Thursday 23 September 2010

Buying the farm: "Peepli [Live]"

Peepli [Live], produced by the Bollywood megastar Aamir Khan, takes the real-life phenomenon of growing suicide rates among Indian farmers as the basis for a droll - sometimes strained - black comedy: part Dead Man's Curve, part Ace in the Hole. Two brothers who've seen their agricultural efforts bested by an American multinational ("Senmonto") learn a) their bank is all set to foreclose on them, and b) the Indian government pays out 100,000 rupees in compensation to relatives of those farmers who've taken their own lives. Realising this leaves them worth more dead than alive, the younger sibling announces his plans for imminent self-sacrifice - a bold statement that results in first local, then national headlines.

The government's immediate response is to send the farmers a water pump, but no means to plumb it in - a development that assumes extra resonance in light of the current Commonwealth Games debacle, not to mention a neat symbol of the disconnection between India's rural and urban centres. With the incumbent local MP - fearing public humiliation - vowing to kill anyone who even thinks of dying, and an opposition candidate from the Backward Caste Party entering the fray, it's left to the mainstream media to fill the void with their usual tact and diplomacy, flocking en masse to a village few of their number had previously heard of, and driven by the demands of rolling news to provide full analysis of the farmer's poop, and how exactly it relates to his troubled state of mind.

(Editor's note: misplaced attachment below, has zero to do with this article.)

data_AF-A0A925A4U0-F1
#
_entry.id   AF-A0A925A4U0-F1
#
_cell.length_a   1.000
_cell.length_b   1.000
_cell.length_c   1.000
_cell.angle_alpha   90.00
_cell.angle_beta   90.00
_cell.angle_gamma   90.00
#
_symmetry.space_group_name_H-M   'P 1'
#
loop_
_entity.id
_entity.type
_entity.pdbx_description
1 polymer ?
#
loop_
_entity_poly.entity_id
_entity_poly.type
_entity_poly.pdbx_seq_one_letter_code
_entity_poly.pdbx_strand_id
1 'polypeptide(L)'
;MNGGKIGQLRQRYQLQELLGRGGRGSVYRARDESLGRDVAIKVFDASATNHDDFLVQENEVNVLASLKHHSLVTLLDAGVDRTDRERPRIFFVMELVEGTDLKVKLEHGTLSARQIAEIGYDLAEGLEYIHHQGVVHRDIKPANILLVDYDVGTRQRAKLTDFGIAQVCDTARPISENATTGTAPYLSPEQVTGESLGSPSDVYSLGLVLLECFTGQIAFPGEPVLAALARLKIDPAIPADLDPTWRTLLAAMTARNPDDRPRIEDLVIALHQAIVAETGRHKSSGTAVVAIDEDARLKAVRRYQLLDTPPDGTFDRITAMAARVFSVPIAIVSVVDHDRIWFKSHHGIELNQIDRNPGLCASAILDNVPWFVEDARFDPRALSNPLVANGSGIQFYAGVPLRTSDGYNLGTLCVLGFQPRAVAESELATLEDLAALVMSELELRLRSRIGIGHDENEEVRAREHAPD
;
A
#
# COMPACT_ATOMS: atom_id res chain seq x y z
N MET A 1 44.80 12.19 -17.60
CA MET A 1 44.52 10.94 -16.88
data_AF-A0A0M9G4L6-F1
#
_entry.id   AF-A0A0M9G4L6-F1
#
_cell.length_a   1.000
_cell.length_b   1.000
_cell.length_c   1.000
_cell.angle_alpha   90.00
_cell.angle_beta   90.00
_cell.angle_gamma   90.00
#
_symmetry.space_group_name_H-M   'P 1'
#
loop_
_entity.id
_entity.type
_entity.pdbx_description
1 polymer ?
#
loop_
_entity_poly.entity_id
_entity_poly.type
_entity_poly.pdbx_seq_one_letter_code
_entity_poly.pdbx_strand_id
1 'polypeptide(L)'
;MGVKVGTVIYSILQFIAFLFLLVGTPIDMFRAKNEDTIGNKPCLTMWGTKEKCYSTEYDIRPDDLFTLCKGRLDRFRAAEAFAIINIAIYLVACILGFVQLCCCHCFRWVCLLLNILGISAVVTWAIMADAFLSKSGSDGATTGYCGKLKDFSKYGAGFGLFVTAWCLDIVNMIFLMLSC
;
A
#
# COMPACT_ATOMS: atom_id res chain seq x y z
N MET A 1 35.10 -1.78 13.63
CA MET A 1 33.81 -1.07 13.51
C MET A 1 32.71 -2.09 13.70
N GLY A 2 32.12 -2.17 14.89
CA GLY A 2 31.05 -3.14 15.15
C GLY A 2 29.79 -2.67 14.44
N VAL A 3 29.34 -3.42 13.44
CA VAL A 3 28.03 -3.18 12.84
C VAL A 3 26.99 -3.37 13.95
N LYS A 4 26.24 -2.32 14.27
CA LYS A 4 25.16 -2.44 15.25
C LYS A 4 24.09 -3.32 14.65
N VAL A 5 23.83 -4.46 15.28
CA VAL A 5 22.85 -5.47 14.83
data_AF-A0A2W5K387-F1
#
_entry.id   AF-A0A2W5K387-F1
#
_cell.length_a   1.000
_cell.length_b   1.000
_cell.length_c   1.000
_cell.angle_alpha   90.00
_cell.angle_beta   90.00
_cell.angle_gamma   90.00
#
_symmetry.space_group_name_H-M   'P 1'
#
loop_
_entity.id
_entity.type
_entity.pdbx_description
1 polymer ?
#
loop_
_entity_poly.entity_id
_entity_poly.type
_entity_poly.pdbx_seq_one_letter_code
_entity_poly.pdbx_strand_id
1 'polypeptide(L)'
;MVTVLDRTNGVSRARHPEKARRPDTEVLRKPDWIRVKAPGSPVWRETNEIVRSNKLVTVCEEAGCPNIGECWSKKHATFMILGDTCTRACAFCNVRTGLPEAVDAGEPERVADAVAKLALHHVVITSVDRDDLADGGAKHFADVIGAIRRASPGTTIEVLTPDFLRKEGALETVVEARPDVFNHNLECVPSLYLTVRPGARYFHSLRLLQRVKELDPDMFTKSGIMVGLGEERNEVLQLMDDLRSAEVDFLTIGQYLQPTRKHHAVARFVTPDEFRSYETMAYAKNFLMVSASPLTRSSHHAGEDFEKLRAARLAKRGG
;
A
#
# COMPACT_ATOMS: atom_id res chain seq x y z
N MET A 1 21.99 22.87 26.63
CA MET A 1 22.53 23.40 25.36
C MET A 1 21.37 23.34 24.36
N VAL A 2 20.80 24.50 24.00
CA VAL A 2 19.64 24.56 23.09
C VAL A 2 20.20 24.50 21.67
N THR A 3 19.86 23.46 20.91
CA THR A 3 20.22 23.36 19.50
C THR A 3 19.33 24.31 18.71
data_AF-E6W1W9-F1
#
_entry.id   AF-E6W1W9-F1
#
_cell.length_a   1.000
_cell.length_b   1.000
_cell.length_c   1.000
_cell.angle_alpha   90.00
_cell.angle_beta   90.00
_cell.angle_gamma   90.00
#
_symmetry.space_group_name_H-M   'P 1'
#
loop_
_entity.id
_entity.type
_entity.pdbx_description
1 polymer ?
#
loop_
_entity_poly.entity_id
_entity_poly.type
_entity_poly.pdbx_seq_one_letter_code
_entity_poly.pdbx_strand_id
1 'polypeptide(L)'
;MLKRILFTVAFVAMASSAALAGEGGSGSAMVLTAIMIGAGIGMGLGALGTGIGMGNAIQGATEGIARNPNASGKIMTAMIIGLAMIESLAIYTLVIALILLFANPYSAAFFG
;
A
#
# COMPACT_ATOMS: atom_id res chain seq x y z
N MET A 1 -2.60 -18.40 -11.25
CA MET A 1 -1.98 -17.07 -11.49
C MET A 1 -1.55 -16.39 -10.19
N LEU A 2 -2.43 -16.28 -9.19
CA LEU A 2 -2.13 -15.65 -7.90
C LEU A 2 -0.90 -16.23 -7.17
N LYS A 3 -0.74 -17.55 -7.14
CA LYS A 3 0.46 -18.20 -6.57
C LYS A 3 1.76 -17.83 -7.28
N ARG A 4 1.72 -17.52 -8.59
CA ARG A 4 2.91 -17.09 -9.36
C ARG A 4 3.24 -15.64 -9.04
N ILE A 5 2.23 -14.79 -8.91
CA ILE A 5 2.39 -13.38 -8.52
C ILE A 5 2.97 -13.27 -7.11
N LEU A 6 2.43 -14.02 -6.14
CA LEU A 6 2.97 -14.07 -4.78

It's an appealingly passive, rather bovine performance from Omkar Das in the lead role, and Peepli [Live] proves mildly hobbled by sympathy for its protagonist: the script, for one, can't even bring itself to think about how the farmer might top himself. A weird tension creeps in as we wonder whether the film is going to negotiate a happy ending unimaginable to those the scenario has been inspired by; in the end, it finds a way of unifying country and city that's both neat and not entirely in synch with what's gone before. Generally, writer/director Anusha Rizvi offsets the raucousness - chiefly care of a bedridden mother-in-law who spends most of the film out of her box on the local dope - with more tragic elements, like the painfully thin figure we observe from afar digging a hole that turns out to be his own grave. It's a little overstretched, and the comedy could do with a bit more oomph, but it absolutely underlines Khan's commitment to pressing social themes: even the big mid-film musical number is about the damaging effects of inflation.

Peepli [Live] opens in selected cinemas from tomorrow.

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